The exact number of artificial objects in outer space will never be known. Many factors rule the game:

  • How objects are numbered, for instance a complex Apollo rover may be counted as one object or split into its detachable elements: antennas, cameras, batteries, seats, console, hand tools carrier, fenders, etc. (see the Apollo 15’s rover in the picture below, credit: NASA);
  • The number of debris resulting from impacts, collisions and spent stage breakups, provided those events will ever be known;
  • The number of objects that emerge from deployments and separation of spacecraft (explosive bolts, lens caps, dust covers, clamp bands, fairings, shrouds, etc.);
  • Untold or unknown events such as classified missions and experiments, private belongings secretly left on the moon by the Apollo astronauts, family items hidden into space hardware by mission staff and technicians, or Apollo hardware unofficially returned to Earth as souvenirs by the astronauts.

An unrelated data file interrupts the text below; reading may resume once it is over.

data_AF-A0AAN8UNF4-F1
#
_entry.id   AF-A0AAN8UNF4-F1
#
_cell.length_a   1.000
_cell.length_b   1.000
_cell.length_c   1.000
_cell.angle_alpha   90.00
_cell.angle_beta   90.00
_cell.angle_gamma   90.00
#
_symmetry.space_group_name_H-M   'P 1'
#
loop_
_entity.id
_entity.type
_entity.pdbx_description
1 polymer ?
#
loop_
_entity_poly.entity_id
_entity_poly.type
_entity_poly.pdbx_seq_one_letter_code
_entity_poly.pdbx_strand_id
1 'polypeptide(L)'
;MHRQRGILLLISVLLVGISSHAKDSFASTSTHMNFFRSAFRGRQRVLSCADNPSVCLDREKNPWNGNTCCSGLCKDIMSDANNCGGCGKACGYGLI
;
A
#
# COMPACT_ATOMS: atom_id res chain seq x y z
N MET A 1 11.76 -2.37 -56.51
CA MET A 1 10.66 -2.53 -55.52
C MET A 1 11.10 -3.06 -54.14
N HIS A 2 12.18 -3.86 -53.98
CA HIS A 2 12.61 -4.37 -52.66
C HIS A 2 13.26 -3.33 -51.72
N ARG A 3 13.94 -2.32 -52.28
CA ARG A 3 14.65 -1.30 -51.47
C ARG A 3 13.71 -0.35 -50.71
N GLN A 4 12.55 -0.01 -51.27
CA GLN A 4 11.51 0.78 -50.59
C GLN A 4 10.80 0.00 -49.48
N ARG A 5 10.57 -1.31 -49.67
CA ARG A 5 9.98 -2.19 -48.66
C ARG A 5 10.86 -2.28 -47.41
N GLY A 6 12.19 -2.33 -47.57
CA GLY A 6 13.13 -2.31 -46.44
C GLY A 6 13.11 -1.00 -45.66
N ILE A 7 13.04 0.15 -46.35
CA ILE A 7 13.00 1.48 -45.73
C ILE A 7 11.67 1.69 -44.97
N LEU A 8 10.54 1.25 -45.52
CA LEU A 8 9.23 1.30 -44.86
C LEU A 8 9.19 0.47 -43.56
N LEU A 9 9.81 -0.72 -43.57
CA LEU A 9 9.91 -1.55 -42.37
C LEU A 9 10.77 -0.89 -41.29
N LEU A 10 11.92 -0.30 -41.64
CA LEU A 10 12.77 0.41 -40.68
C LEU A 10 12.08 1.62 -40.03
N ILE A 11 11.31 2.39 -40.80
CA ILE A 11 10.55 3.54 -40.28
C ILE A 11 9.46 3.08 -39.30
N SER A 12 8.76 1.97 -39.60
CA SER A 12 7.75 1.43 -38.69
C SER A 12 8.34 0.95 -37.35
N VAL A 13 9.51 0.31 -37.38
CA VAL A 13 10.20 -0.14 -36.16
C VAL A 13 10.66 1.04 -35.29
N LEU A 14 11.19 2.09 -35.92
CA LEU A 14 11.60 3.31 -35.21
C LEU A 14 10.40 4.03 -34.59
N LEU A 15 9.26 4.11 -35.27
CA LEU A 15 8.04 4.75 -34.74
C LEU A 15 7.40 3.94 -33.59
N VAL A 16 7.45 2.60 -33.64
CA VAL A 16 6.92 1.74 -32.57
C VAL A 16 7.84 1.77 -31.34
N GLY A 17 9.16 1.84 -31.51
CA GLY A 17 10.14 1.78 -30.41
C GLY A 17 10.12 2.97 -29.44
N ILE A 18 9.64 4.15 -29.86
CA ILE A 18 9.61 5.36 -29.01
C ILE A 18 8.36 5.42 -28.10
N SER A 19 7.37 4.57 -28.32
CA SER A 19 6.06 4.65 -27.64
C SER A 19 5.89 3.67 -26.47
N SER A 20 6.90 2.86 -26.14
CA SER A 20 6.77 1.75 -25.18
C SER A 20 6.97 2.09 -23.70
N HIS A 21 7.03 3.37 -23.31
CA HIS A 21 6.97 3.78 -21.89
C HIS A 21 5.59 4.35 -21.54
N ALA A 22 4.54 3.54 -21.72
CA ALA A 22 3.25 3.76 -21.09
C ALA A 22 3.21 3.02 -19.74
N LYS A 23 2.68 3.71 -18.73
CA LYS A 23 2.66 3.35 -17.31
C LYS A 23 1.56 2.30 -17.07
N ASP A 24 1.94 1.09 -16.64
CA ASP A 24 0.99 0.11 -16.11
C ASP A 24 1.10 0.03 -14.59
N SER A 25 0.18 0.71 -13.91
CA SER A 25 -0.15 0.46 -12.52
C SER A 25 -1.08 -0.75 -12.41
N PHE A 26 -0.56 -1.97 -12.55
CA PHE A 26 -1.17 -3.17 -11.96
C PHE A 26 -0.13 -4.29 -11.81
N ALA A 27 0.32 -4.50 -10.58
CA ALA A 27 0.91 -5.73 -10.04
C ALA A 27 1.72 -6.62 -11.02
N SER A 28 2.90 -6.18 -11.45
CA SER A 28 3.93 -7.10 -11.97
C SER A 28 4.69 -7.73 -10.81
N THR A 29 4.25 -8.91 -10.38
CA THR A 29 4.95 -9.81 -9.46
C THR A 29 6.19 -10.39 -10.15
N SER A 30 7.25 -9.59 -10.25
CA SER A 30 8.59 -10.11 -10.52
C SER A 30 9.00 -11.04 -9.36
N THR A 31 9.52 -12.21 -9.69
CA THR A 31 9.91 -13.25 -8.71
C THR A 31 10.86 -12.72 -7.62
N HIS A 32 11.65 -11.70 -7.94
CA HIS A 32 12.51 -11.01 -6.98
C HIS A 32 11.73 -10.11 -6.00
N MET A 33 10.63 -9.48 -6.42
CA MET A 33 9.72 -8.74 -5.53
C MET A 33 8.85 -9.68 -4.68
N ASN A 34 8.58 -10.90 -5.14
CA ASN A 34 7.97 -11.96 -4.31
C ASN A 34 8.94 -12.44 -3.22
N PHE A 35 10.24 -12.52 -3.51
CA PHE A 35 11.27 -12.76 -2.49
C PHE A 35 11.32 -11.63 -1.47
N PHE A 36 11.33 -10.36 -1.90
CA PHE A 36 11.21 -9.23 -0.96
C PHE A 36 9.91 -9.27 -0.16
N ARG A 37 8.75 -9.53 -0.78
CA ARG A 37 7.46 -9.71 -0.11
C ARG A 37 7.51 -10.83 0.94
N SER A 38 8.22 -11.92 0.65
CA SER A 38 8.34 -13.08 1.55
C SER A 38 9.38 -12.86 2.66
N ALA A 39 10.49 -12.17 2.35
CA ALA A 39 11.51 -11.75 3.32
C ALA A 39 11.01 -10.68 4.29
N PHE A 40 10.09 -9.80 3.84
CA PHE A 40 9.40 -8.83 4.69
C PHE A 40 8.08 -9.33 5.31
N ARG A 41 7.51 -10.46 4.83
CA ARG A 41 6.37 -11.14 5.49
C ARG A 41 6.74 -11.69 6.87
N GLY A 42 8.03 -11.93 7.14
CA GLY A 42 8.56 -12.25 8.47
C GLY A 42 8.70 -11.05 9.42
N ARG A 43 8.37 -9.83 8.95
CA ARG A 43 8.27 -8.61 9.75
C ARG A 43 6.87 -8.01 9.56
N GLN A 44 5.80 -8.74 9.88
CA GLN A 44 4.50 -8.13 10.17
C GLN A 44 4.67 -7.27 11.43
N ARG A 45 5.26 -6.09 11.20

Additionally, it is almost impossible to pinpoint most of the orbiting objects, not only because inert items and defunct probes are untrackable, but also because their trajectories are perturbed by the unpredictable orbital mechanics, rendering trajectories calculations useless in the long-term. Thus, some objects are listed on one table but should probably lie on another one.

However, access to Space Agencies records and databases to fetch detailed information about actual flight hardware, exact deployment sequences and other critical information would greatly help establishing more accurate listings.